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A long-standing demand of Islamic banks has been finally met. State Bank of Pakistan announced on 16th October, 2014 that, from now onwards, it will conduct outright trade of Government of Pakistan Ijara Sukuk (GIS) either on deferred payment basis (Bai-Muajjal) or on ready payment basis through Open Market Operations (OMOs) based on multiple price competitive bidding auction process. According to the SBP circular, all Islamic and conventional banks having Islamic branches will be eligible to participate in these OMOs. All participants in the OMOs would send their bids as per required format detailing face value of security and deferred price (in case of Bai-Muajjal) or price (in case of ready payment basis). Price should include accrued profit and can be quoted up to four decimal places. Each eligible participant will be allowed to submit a maximum of three bids in an OMO and minimum bid size will be Rs 25 million or its multiple thereof. If the deferred payment date falls as public/bank holidays, then the contracts will be extended to the next business day and there will be no change in the deferred payment price: The OMO result will be announced on the same date and successful bidders will send a contract to SBP for confirmation and settlement. In case of purchase or sale of GIS on deferred payment basis, the GIS will be transferred to the buyer on the deal date, while payment will be made on deferred payment date. As is the norm, State Bank will have the discretion to accept the bids on "pro rata volume" basis.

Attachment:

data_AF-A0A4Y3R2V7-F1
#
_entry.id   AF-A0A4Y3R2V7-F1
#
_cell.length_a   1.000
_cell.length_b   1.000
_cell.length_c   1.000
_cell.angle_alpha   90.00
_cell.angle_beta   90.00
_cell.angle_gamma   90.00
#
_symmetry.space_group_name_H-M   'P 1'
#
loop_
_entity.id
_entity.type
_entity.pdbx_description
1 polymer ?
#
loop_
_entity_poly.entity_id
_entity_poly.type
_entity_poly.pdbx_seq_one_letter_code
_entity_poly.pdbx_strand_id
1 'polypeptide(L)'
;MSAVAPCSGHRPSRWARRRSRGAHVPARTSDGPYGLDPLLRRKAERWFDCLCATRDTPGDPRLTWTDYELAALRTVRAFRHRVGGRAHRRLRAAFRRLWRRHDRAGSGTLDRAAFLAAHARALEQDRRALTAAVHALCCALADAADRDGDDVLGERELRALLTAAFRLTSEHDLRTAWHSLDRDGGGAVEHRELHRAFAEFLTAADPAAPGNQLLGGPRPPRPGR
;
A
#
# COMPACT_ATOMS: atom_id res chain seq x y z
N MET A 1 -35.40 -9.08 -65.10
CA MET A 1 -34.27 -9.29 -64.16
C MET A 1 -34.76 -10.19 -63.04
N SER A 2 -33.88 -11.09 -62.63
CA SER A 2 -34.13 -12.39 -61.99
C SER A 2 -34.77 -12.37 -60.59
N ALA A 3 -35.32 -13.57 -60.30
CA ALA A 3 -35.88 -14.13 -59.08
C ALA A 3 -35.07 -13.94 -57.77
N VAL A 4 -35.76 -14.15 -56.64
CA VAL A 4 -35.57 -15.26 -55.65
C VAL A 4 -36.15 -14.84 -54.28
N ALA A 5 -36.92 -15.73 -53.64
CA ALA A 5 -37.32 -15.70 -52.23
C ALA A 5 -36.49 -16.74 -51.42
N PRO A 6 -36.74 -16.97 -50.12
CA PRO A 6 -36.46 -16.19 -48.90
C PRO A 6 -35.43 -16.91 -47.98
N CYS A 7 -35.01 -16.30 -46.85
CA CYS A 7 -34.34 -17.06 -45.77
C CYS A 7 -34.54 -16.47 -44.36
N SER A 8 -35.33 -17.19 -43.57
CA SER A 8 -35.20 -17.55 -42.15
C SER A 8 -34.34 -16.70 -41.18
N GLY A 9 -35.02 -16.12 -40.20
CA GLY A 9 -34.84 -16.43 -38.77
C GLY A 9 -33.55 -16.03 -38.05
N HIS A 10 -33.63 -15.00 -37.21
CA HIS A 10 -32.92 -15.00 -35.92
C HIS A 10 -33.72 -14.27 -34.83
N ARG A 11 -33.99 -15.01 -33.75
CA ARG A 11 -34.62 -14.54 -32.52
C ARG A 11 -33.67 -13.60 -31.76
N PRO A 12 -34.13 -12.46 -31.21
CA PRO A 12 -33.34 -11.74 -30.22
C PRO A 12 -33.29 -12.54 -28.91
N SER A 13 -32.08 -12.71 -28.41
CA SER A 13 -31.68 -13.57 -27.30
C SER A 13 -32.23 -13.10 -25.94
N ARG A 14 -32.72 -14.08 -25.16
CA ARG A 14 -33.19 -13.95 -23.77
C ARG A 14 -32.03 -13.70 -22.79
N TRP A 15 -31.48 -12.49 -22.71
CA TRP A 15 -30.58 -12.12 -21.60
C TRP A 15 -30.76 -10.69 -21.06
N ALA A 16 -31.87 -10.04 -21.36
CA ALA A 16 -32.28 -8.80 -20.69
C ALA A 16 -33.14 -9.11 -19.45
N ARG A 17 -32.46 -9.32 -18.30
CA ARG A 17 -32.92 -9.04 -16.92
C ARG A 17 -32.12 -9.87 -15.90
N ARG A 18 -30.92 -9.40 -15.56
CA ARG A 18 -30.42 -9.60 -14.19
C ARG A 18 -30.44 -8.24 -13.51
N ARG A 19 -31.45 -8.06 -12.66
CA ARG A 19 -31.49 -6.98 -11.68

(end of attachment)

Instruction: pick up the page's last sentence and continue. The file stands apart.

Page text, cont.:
Of late, the Modi government has begun expressing itself quite muscularly both against Pakistan and China, aptly reflected as it is from its Home Minister Rajnath Singh's chest-beating declaration: 'Today, no one can give warning to India. We are a powerful country' - though the situation on the ground should have been just the opposite. It is India that has unleashed series of violations along the LoC in Kashmir and Working Boundary with Pakistan, and it should be Islamabad warning India. As for China, the Indian government was not only impolite and discourteous as it moved troops in the disputed area while Chinese President Xi was on its soil on a state visit; it has now tersely rebuffed the Chinese plea not to go ahead with the road network project in a territory before final settlement of its status. The question is: Does this warmongering reflect the ruling BJP's occasional belligerent posturing for domestic consumption, or is it part of a 'game plan' which many in Pakistan and abroad believe Narendra Modi has designed to 'finish the question of Kashmir once for all'. That he would amend Article 370 of Indian constitution, which grants Occupied Kashmir 'special status' he had promised to the Indian electorate, and as soon as he took oath of office he set about working on that. Unlike any of his predecessors he paid repeated visits to the disputed state and saw to it that the BJP digs deeper roots and win upcoming state assembly elections. For more than six decades, New Delhi had tried to suppress the Kashmiris' élan to be a free people by introducing a number of draconian laws enforced through the barrel of gun, but had failed. The BJP brains trust has come up with an alternative - win election, form government and ask New Delhi to abrogate or suitably amend Article 371.